Monday 11 December 2017

Did you see the ‘fireball’ meteor last night? Because it could make you some cash

The meteor, so bright astronomers call it a ‘fireball’, was seen blazing across the sky at 5.15pm yesterday
The meteor, so bright astronomers call it a ‘fireball’, was seen blazing across the sky at 5.15pm yesterday
Daire Courtney

Daire Courtney

An extremely bright meteor was seen in the Irish skies yesterday evening – and the result could make you some money.

The meteor, so bright astronomers call it a ‘fireball’, was seen blazing across the sky at 5.15pm on Wednesday.

Astronomy Ireland have said they believe the fireball was “burning up high in the atmosphere as it collided with the Earth.”

Witnesses to the fireball said that it was brighter than the full moon; Astronomy Ireland say that this means the meteor may have survived the fall and hit the ground as a meteorite.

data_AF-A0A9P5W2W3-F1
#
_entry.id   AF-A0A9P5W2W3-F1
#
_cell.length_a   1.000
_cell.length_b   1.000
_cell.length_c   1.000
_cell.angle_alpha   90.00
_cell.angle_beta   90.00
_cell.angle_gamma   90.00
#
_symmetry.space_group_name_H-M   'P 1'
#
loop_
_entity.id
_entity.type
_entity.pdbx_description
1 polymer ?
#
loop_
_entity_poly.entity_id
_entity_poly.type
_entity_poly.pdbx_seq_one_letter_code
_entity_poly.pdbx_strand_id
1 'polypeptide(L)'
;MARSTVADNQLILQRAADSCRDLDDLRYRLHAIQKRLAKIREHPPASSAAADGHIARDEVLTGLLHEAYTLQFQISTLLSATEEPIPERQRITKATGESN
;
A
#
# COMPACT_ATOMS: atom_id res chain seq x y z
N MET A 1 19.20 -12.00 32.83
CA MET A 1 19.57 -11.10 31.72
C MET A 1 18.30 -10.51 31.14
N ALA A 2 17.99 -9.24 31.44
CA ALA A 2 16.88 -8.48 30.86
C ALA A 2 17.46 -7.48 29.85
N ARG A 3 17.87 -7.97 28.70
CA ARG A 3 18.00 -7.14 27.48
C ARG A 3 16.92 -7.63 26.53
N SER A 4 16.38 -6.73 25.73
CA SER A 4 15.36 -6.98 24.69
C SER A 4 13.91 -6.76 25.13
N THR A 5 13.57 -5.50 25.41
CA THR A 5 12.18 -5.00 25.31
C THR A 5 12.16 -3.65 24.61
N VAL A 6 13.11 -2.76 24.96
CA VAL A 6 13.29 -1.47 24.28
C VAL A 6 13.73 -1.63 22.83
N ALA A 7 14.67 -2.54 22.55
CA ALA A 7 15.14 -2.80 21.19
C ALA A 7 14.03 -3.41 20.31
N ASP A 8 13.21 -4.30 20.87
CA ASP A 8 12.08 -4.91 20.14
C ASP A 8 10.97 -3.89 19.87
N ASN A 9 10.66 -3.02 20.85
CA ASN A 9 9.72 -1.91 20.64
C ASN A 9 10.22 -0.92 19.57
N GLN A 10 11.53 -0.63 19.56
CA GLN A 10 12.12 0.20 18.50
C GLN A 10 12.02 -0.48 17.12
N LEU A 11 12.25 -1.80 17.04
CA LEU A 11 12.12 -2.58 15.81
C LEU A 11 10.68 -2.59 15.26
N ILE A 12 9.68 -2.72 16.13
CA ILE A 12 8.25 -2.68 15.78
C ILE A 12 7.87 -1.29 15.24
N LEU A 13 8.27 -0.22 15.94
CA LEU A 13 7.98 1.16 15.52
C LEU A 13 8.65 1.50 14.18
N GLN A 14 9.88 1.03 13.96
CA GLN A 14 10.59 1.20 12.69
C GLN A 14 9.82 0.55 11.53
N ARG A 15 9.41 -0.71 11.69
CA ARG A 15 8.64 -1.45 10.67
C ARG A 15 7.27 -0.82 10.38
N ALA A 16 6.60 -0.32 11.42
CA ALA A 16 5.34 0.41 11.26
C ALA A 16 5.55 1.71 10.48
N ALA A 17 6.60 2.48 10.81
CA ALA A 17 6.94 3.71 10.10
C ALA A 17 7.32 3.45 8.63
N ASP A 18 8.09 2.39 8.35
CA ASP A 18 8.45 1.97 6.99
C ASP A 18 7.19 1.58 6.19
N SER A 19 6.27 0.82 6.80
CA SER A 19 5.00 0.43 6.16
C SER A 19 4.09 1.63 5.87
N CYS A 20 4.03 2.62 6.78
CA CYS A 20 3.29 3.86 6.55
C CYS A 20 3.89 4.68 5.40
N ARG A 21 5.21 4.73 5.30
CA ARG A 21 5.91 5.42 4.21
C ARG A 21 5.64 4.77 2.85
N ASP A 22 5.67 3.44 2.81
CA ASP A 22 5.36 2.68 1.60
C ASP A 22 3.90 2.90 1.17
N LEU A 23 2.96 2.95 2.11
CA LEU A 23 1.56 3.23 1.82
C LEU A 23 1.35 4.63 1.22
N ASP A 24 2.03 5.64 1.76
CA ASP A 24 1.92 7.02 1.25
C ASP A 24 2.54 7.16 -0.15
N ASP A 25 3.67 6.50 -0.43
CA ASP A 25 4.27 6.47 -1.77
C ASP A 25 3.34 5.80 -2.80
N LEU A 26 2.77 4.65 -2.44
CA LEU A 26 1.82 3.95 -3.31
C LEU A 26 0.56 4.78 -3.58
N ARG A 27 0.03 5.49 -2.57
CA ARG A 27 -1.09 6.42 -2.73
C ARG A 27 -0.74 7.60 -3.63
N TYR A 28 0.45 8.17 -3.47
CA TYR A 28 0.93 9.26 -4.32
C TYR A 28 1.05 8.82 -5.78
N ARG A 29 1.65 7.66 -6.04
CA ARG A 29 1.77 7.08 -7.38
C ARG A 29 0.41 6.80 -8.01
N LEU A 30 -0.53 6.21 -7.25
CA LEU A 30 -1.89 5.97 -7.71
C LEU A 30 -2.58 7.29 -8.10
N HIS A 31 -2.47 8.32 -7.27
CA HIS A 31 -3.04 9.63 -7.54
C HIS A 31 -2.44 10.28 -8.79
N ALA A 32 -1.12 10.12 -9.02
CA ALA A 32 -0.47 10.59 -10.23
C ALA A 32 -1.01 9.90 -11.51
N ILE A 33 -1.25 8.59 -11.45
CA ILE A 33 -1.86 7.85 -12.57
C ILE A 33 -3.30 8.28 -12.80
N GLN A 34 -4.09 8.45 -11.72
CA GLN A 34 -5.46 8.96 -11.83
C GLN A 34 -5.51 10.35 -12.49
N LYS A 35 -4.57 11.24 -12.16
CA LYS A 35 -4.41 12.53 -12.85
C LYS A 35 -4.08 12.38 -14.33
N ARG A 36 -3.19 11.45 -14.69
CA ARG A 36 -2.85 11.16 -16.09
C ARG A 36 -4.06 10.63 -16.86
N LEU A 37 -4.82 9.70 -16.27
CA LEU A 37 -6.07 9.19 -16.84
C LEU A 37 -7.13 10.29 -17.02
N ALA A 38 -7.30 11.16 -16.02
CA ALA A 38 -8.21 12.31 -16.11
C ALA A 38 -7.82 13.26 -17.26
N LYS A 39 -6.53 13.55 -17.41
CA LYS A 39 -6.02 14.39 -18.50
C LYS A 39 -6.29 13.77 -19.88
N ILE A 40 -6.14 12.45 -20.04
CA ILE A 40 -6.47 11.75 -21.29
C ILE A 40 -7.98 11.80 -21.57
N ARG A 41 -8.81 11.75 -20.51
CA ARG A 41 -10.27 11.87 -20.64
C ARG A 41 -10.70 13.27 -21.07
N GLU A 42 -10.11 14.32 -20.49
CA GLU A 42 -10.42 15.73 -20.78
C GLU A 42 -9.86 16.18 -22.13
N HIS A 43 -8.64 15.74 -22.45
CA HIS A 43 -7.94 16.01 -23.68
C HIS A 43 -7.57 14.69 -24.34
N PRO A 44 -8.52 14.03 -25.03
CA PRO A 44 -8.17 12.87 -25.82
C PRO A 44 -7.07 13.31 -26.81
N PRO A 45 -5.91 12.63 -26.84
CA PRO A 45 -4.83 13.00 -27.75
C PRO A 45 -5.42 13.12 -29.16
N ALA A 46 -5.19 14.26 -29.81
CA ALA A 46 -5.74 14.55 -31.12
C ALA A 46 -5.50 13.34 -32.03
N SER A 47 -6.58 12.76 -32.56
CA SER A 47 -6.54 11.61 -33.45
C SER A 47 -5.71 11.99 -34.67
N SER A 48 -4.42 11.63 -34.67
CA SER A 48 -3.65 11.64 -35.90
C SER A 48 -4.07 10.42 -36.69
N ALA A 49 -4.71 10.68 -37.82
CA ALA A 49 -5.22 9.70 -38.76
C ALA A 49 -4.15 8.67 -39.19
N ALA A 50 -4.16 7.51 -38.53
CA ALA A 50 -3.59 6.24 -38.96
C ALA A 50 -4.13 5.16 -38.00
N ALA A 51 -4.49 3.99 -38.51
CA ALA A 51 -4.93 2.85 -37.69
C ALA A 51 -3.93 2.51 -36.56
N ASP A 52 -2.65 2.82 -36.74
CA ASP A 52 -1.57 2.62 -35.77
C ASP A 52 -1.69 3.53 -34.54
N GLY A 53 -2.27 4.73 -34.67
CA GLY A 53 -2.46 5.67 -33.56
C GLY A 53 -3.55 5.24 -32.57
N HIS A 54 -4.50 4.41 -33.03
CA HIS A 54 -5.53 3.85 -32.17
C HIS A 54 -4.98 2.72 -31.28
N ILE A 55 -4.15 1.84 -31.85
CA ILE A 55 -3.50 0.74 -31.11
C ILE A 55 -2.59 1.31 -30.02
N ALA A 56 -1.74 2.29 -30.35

Meteorites can be sold for as much as 50 times the price of gold, so you may be in for a Christmas bonus if you can find where it landed.

Astronomy Ireland have asked anyone with CCTV cameras to check the footage from 5.15pm yesterday and submit it to astronomy.ie if it caught a glimpse of the meteor.

The organisation will announce the location in the coming days to allow everyone to search for the meteorite.

David Moore, Editor of Astronomy Ireland magazine said "We get at least one major fireball over Ireland each year. Many of them end up falling in the sea, but in 1999 all the reports we received allowed us to predict a meteorite had fallen on Carlow and sure enough some fragments of it were found on a country lane near Leighlinbridge, Co Carlow.

“Parts of this meteorite were being sold online by collectors for 50 times the price of gold so there is great excitement around the hunt for Irish meteorites! Rest assured that we will be doing a big story about the event and any subsequent search for Astronomy Ireland magazine as this is a major Irish story for our readers."

Anyone who wishes to join the search can submit an eyewitness or CCTV report or sign up at astronomy.ie for a chance to find the meteorite.

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